n) specifying patterns of interim image-bearing signals for producing colors which adequately sample and cover the useful color-range of said output imaging means;
o) forming interim output test colors with said output imaging means using said interim image-bearing signals;
p) determining interim test color output colorimetric values from said interim output test colors and the output-image viewing environment illuminant;
q) forming at least one interim transform by relating said interim test color output colorimetric values to corresponding interim test color image-bearing signals;
r) utilizing the at least one interim transform to transform said second test color output colorimetric values to form imaging means' image-bearing signals;
s) sensing said test colors using an image-sensing means to form test color image-bearing signals;
t) deriving a sequence of at least one transformation relating said test color image-bearing signals to said corresponding imaging means' image-bearing signals; and
u) forming the composite transform from said sequence of at least one transformation.
14. The method according to claim 13 and further comprising the step of:
v) applying the composite transform to the image-bearing signals derived from input images formed by the imaging means to form imaging means' image-bearing signals.
15. A method for forming a composite transform for transforming image-bearing signals derived from input images formed by an imaging means to image-bearing signals for producing output images with an output imaging means, comprising the steps of:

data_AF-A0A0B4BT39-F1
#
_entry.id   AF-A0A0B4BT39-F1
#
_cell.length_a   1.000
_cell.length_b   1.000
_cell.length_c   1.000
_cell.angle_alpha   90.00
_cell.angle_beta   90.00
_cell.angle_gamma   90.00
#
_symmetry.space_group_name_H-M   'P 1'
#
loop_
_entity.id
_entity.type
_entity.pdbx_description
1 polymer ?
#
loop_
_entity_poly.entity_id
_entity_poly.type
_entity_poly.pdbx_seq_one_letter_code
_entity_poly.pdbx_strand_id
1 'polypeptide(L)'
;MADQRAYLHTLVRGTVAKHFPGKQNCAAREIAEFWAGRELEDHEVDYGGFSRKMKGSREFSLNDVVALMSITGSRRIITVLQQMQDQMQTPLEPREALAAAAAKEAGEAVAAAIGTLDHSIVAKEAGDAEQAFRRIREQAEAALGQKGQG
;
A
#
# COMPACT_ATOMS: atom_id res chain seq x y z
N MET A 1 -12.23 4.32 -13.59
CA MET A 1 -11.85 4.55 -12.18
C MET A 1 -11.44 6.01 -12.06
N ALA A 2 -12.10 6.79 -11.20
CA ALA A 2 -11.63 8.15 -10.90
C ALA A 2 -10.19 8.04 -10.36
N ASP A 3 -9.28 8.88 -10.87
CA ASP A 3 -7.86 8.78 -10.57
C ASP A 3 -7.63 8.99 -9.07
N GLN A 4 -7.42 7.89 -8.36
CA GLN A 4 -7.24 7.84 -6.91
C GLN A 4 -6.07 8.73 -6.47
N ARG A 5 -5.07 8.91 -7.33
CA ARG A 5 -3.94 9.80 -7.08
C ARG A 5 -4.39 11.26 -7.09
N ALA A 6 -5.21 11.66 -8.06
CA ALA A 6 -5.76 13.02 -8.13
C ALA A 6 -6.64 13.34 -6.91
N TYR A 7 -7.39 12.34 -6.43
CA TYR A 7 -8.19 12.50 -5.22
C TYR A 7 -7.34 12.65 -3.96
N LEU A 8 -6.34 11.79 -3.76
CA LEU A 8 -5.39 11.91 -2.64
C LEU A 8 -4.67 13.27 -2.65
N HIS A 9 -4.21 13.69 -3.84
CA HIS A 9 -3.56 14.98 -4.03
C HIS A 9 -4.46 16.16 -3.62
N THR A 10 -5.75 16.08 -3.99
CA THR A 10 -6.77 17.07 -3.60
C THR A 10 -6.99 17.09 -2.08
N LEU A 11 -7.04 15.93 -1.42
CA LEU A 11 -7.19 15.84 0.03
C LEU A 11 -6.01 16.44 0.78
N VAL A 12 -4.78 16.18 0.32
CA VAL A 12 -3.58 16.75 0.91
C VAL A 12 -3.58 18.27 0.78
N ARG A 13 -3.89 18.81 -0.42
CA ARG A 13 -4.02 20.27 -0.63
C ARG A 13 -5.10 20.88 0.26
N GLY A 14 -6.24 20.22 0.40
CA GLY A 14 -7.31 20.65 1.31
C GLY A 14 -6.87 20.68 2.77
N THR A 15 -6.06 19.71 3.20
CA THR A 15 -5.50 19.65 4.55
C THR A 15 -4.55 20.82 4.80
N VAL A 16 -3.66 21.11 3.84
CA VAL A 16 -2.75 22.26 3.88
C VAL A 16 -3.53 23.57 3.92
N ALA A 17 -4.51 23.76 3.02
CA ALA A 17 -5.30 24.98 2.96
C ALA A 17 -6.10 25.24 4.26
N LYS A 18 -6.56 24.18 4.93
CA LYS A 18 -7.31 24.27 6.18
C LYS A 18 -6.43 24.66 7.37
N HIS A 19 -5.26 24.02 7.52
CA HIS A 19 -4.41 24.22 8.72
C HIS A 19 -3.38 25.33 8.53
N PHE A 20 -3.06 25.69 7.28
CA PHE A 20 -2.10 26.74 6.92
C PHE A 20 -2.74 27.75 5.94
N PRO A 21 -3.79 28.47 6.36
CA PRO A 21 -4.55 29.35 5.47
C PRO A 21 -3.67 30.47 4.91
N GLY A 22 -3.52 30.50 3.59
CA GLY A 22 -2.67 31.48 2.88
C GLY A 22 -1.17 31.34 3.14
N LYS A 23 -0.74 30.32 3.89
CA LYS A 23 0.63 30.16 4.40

a) specifying an input-image viewing environment in terms of its illuminant spectral energy distribution, amount of viewing flare light, surround type, and adaptive white point chromaticities;
b) specifying an encoded-image viewing environment in terms of its amount of viewing flare light, surround type, and adaptive white point chromaticities;
c) specifying an output-image viewing environment in terms of its amount of viewing flare light, surround type, and adaptive white point chromaticities;
d) specifying patterns of image-forming values for producing colors which adequately sample and cover the useful color-range of an imaging means;
e) forming test colors with said imaging means using said image-forming values;
f) forming rendered test colors on a secondary imaging means from said imaging means test colors;
g) determining colorimetric values from said rendered test colors and the input-image viewing environment illuminant;
h) adjusting said colorimetric values in accordance with the difference in the amounts of viewing flare light specified for the input-image viewing environment and the encoded-image viewing environment to form first flare-adjusted colorimetric values;
i) adjusting said first flare-adjusted colorimetric values in accordance with the difference in the surround types specified for the input-image viewing environment and the encoded-image viewing environment to form first surround-adjusted colorimetric values;